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Introduction

 

Divorce is one of the most devastating and life-changing events you will ever experience. You need to know what you are getting into and be involved in the process. There are decisions to make for yourself and your children. We urge you to become educated about this process, so you can make wise decisions. You most likely are reading this in an effort to save money, but even if you choose to retain an attorney, the Divorce Coach will empower you by providing the information necessary to help yourself. You most likely have heard all kinds of wrong information about divorce, custody, child support and alimony. You need to have the playbook, so you know what attorneys and the courts know. The differences between law and equity are both important concepts to understand. It is helpful to understand the decisions that you must make along the way and the possible outcomes. Once you see the full game plan, you might want to avoid this scenario entirely.

Before you decide about the ?big game? (your divorce), you have to ask yourself if you are ready and whether you really want to be in the game. Divorce is a big decision; it should be taken seriously and thought through very carefully. We hope that you think carefully through each step of this process, keeping an open mind as you go. You do not want to end up at halftime or when the final whistle blows wishing you had never driven to the stadium. There is quite a bit of work involved in a divorce, but be aware that even though you may be exploring this option for your life, you can decide to stop at any time. It is not like jumping off a cliff; you can take baby steps until you know it is right for you. The beginning of a divorce is a reversible course. If you discover along the way that you would like to reconcile with your spouse, you should feel free to do so. You can actually quit anytime before the court signs the decree.

By reading this book, you are already way ahead of the game. You want to know the rules, the plays, the strategy and what the outcome of divorce will look like for your family. This book will assist you in figuring out what options you have and what decisions you need to make. Some people start and finish this process without any help from an attorney. That might work fine for some people; for others, not so well. Some people begin and then start feeling overwhelmed. This book will take the mystery out of the process. You want to do this right the first time: there are at least an equal number of post-divorce modifications filed in Arizona as there are first-time divorces. (Modifications are changes that are filed to change the original paperwork; often, these modifications are necessitated by mistakes made in the original divorce).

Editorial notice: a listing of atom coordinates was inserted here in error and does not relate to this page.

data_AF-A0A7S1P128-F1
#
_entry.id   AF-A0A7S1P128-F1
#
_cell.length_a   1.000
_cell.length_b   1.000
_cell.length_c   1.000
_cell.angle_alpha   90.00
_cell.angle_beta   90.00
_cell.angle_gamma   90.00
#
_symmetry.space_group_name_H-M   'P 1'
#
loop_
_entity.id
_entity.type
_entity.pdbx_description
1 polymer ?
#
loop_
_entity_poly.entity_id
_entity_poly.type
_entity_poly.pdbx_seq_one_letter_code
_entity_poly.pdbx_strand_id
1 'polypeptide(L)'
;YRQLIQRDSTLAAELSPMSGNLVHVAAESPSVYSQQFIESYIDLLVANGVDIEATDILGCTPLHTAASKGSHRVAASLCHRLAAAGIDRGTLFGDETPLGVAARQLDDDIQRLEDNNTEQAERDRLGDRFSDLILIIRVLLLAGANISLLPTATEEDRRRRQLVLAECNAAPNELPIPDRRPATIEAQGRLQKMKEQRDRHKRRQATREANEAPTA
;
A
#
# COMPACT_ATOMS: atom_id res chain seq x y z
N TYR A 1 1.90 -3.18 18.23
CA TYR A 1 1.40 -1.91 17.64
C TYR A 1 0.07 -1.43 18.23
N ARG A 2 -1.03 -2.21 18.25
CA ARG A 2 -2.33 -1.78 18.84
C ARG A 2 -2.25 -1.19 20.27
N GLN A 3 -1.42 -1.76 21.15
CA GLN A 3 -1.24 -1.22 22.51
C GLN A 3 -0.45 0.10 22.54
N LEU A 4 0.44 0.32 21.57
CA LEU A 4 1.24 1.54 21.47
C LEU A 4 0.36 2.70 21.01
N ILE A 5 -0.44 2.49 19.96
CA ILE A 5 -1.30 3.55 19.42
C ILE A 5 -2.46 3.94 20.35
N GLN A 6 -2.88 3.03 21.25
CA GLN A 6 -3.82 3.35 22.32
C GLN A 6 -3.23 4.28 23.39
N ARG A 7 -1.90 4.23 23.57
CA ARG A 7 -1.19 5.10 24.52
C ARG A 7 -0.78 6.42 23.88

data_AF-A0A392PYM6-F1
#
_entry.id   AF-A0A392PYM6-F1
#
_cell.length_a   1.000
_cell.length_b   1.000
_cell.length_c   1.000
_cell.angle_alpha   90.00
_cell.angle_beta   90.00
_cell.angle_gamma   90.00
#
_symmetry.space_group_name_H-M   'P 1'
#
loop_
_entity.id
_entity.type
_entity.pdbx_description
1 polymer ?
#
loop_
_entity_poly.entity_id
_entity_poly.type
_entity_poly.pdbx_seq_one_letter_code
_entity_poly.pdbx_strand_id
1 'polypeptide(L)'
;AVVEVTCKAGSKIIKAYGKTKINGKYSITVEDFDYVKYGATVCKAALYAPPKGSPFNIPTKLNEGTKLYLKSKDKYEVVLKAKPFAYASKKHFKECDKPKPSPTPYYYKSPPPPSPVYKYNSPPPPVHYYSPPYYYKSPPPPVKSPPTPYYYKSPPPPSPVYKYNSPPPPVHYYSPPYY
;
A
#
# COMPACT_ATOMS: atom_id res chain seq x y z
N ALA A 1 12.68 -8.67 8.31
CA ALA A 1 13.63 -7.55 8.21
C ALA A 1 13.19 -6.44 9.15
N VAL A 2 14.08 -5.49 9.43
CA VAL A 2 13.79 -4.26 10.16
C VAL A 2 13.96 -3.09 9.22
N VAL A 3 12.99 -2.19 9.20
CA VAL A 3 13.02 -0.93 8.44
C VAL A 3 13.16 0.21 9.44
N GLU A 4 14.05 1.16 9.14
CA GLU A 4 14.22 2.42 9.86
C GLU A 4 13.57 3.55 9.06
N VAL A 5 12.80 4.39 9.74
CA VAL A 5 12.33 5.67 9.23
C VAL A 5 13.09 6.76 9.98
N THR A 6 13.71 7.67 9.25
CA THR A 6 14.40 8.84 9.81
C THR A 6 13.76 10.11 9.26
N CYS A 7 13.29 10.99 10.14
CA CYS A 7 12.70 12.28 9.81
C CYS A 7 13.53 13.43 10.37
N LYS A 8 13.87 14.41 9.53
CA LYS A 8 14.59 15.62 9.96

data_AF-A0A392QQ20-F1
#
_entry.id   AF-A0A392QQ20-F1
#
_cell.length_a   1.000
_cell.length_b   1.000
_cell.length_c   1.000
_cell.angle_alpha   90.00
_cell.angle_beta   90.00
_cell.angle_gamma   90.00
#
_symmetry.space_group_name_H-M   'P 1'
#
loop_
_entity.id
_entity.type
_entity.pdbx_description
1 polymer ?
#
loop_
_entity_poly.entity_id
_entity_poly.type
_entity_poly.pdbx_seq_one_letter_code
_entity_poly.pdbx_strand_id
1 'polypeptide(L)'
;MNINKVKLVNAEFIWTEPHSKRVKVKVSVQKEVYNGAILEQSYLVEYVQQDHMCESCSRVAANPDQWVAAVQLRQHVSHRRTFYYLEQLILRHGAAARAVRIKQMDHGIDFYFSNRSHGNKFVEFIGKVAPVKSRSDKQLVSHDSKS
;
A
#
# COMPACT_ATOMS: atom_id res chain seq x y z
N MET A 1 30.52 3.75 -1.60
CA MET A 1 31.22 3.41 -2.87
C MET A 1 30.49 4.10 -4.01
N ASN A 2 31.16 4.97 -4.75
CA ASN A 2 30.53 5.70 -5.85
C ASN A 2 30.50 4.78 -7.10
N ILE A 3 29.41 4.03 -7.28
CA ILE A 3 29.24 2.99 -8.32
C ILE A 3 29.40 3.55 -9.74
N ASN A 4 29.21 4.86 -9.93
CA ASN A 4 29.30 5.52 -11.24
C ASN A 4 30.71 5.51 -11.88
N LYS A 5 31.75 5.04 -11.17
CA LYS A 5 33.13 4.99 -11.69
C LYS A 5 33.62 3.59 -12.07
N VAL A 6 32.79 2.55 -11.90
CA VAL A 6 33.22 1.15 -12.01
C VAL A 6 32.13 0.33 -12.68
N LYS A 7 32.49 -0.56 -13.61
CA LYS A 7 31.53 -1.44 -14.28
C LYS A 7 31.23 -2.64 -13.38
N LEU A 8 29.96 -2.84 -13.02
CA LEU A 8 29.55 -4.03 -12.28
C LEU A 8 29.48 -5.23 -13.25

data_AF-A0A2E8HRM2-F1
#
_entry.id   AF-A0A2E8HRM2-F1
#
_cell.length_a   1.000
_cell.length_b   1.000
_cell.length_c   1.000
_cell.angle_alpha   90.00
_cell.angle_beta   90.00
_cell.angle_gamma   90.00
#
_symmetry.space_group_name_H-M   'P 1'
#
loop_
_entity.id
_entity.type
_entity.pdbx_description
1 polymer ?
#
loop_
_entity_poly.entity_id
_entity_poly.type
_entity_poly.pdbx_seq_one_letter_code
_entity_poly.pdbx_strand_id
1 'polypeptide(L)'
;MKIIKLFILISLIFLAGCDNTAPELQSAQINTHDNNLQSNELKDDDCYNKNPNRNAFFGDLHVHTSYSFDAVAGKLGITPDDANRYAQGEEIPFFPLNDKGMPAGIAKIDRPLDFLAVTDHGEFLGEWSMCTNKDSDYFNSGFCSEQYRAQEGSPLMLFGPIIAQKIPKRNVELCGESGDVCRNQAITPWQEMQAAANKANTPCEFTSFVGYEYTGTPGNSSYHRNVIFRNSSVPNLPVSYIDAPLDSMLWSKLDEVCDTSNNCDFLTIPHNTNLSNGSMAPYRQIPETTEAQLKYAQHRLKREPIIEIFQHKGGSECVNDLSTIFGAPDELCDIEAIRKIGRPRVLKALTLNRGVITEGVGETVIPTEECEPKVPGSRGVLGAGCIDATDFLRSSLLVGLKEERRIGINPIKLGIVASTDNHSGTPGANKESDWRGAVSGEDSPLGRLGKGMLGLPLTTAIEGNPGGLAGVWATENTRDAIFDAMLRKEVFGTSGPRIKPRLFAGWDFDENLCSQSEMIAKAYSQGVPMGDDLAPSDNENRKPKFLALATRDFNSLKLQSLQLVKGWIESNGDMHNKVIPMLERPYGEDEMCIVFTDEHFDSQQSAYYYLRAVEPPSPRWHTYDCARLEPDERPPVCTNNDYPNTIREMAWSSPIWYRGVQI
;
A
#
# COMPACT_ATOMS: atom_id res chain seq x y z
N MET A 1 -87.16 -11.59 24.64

This introductory chapter outlines various aspects of the divorce process that are dealt with in more detail in succeeding chapters. A glossary of family law terms appears at the back of the book, as well as some useful Arizona statutes (laws) and a resource guide for online assistance in Arizona.

In Arizona, how is spousal support paid?

Here in Arizona there are several options. It can be paid directly from one spouse to the other. Both parties should keep very accurate records of the payments. The court may order the payments to be made through the clearinghouse, administered by the state of Arizona. They keep track of payments for you. Failure to pay is more easily handled in the court if the payments go through the clearinghouse. Be aware that there is a lag time between the time the payment is made and the time it is received if you go through the state.

What is alimony?

Here in Arizona, spousal maintenance (formerly known as alimony) is a monthly payment from one spouse to another, which is designed to allow for the spouse who earns less income to establish a home and living environment on his/her own. Spousal maintenance is used for an easier transition to becoming a single person in certain circumstances. Spousal maintenance will not last forever; it is designed to help a person get on his/her feet.

How is Child Support Paid?

Child support must be paid in money–not in clothing or gifts. It must be paid through the clearinghouse in the state of Arizona if there is a court order for support. In Arizona, most child support payments are made through the “clearinghouse” and, if possible, through wage assignment. If a parent is ordered to make child support payments through the clearinghouse, that parent shall send the payment to the clearinghouse directly, not to the other parent. The clearinghouse keeps track of all payments. If you have been ordered to make payments through the clearinghouse and you make payments directly to the other parent, those direct payments may be considered as gifts to the other parent. If that is the case, you will not be given credit that you paid child support that month and may be required to pay again to the clearinghouse.

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